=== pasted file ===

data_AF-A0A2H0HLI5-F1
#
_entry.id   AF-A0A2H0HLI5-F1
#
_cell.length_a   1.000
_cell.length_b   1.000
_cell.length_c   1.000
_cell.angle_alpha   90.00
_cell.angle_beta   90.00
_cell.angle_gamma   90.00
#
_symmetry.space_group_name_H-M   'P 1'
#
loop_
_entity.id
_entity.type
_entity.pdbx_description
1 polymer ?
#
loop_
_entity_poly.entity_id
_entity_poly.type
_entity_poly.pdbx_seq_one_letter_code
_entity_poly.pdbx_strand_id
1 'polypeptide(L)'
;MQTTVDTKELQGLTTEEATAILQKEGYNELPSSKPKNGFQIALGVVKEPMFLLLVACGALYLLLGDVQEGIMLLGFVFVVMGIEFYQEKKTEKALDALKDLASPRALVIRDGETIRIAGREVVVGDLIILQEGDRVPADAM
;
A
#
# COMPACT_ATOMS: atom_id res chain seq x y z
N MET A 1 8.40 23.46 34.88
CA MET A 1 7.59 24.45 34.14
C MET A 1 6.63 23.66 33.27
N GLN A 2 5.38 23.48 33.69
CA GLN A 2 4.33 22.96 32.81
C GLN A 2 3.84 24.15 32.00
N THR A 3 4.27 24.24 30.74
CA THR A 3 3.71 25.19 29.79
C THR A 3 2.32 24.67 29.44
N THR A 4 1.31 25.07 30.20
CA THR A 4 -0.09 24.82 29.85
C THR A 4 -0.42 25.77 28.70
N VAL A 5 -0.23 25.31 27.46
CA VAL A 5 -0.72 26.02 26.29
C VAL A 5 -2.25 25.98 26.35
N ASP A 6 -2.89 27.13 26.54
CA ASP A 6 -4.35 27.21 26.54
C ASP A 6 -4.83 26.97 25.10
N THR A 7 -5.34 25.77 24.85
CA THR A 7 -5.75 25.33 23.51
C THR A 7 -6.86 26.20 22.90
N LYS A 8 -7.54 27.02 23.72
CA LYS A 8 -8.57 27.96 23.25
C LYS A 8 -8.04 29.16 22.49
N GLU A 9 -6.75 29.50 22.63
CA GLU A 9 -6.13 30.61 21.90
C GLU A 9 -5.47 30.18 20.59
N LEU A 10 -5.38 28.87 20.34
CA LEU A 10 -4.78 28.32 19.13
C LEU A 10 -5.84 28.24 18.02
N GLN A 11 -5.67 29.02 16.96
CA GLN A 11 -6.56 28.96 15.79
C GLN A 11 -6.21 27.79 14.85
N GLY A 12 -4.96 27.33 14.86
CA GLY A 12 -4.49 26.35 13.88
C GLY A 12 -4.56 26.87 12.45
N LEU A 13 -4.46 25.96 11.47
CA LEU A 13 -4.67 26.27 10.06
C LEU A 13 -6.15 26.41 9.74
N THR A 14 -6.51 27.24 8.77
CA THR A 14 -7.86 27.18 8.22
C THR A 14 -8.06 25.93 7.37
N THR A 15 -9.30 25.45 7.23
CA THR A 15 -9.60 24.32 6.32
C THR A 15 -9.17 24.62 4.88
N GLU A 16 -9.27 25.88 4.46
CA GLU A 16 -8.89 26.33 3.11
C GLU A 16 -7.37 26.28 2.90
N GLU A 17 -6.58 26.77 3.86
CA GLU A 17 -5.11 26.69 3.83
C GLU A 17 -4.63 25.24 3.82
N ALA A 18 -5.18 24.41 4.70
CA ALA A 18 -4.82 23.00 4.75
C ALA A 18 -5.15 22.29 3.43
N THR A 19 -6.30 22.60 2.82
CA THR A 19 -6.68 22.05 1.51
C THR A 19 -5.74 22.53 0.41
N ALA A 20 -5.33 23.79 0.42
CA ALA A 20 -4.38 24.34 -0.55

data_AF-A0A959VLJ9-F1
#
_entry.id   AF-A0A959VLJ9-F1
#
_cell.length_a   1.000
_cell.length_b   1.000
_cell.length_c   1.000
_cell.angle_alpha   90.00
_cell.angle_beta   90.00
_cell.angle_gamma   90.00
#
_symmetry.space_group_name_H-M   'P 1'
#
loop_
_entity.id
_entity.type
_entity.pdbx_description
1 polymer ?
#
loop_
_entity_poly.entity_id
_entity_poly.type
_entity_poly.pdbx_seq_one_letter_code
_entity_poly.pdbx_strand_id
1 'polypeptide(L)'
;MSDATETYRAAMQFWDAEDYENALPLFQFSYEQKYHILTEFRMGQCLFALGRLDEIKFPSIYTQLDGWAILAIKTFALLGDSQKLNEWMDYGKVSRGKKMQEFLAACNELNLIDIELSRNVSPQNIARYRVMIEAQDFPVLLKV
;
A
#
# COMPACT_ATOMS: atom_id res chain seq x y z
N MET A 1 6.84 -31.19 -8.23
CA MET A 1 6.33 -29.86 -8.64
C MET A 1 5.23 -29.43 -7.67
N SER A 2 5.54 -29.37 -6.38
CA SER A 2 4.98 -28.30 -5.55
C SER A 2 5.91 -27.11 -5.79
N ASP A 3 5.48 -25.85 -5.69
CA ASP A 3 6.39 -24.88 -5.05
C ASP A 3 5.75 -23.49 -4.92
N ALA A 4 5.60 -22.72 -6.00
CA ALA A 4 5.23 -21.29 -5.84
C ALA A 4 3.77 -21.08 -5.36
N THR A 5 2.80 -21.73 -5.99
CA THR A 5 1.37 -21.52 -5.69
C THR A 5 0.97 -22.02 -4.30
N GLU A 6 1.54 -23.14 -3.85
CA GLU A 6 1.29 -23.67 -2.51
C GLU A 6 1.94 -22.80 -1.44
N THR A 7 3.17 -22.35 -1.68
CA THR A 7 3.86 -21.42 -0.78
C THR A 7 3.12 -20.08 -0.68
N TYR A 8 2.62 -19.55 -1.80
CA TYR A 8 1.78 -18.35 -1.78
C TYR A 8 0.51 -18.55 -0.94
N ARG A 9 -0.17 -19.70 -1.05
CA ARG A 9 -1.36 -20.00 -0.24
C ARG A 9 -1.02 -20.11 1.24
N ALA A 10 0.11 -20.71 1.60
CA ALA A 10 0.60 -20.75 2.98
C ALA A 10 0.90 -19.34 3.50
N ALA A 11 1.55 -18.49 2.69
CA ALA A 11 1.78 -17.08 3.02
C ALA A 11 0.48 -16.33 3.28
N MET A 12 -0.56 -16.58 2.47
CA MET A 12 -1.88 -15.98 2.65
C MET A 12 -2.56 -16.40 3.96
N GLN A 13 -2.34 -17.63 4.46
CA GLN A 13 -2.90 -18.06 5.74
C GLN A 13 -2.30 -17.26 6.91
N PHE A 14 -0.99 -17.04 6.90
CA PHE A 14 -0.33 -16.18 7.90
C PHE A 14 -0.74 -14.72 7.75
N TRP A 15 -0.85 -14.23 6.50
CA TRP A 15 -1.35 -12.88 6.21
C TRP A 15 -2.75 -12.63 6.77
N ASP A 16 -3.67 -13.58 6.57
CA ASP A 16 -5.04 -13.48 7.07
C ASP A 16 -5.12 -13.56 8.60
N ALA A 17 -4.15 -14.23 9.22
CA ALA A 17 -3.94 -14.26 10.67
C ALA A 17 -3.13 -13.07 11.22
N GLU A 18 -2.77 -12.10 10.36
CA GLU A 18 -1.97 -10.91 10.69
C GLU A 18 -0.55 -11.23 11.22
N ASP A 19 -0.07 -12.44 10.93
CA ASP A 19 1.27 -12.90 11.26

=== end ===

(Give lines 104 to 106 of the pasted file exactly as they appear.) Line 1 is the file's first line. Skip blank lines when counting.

_entity.id
_entity.type
_entity.pdbx_description